Whiplash Injury

Whiplash-associated disorder (WAD) presents a significant public health problem and socioeconomic burden. Although it is widely held that the majority of whiplash patients recover naturally within a few months after their injury, recent research suggests that recovery is more prolonged and incomplete than previously believed, with an estimated 50% of patients still complaining of neck pain one year after injury.

In 1995, the Quebec Task Force (QTF) published its benchmark review of the scientific literature and expert opinion on whiplash. Whiplash is an acceleration deceleration mechanism of energy transfer to the neck, which may result in bony or soft tissue injuries (whiplash injury), which in turn may lead to a variety of clinical manifestations (whiplash-associated disorders or WAD).

Whiplash is a markedly heterogeneous and complex condition, with varied disturbances in motor, sensorimotor, and sensory function, as well as the presence of psychological distress.

One of the most common clinical characteristics of patients with whiplash is that of restricted cervical spine range of motion. Numerous studies have indicated that those persons with chronic WAD (>3 months) continue to display long-term changes in the cervical motor system.

Dysfunction of sensorimotor control is also a feature of both acute and chronic WAD. Loss of balance and disturbed neck-influenced eye movement control are present in chronic WAD. Sensorimotor disturbances seem to be greater in patients who report dizziness in association with their neck pain.

Whiplash can present with widespread sensory hypersensitivity (or decreased pain thresholds) to a variety of stimuli (pressure,thermal, electrocutaneous). These hypersensitive responses represent the presence of augmented central pain processing mechanisms.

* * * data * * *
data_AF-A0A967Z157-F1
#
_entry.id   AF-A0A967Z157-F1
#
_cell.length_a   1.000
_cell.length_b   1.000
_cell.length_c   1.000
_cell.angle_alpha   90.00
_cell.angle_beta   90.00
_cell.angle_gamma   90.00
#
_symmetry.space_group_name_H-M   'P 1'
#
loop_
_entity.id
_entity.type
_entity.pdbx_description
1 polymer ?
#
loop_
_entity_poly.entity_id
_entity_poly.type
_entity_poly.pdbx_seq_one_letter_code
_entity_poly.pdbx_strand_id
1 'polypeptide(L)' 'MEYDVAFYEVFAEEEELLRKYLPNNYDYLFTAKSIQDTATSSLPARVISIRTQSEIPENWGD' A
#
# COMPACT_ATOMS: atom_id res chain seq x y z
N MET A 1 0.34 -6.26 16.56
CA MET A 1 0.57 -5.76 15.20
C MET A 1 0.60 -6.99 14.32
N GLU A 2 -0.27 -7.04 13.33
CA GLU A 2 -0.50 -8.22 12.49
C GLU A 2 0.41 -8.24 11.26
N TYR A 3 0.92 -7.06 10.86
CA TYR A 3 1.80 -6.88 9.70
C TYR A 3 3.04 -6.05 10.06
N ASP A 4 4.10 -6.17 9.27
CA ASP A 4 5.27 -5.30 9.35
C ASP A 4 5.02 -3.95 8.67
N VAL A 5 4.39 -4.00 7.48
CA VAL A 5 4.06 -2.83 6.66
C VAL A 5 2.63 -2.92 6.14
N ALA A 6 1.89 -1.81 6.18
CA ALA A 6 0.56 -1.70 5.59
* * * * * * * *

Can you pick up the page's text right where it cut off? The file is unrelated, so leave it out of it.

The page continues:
Chronic whiplash pain is associated with psychological distress, including affective disturbances, anxiety, depression, and behavioral abnormalities such as fear of movement. Symptoms of posttraumatic stress have been shown to be present in a proportion of people following a whiplash injury.

Evidence based treatment for whiplash injury

Exercise programs: It appears that exercise programs are effective in reducing short-term pain intensity in both the acute and chronic stages of whiplash, although it does not appear that these programs influence long-term recovery. In contrast, there is some evidence that aggressive strengthening programs may be counterproductive.

Mobilization: There is strong evidence that immobilization with a soft collar during the acute phase of whiplash is less effective than active mobilization.

Chiropractic manipulation: Although there is some evidence that chiropractic manipulation may be of short-term benefit to patients with either subacute or chronic whiplash, the evidence is insufficient to determine the effectiveness of this treatment.

Botulinum toxin: There is contradictory evidence regarding the effectiveness of botulinum toxin injections during the chronic stage of whiplash, with some trials showing benefit, while others not.

Radiofrequency neurotomy: There is moderate evidence that radiofrequency neurotomy is effective in reducing pain in patients with chronic whiplash, although relief is not permanent.


  • Rule out red flags (serious causes of neck pain)
  • Address yellow flags (factors that impede progress)
  • Management of pain (Non pharmacological, medications, interventional treatments)
  • Improve patient understanding and allay fears regarding exercise
  • Rehabilitation (Physiotherapy)


Whiplash injury can result in chronic neck pain in up to 20% patients. This can result in long-term disability, psychological distress and loss of function. Whiplash injury is best managed through a rehabilitative approach but in some cases injection treatments can help break the pain cycle and facilitate recovery.

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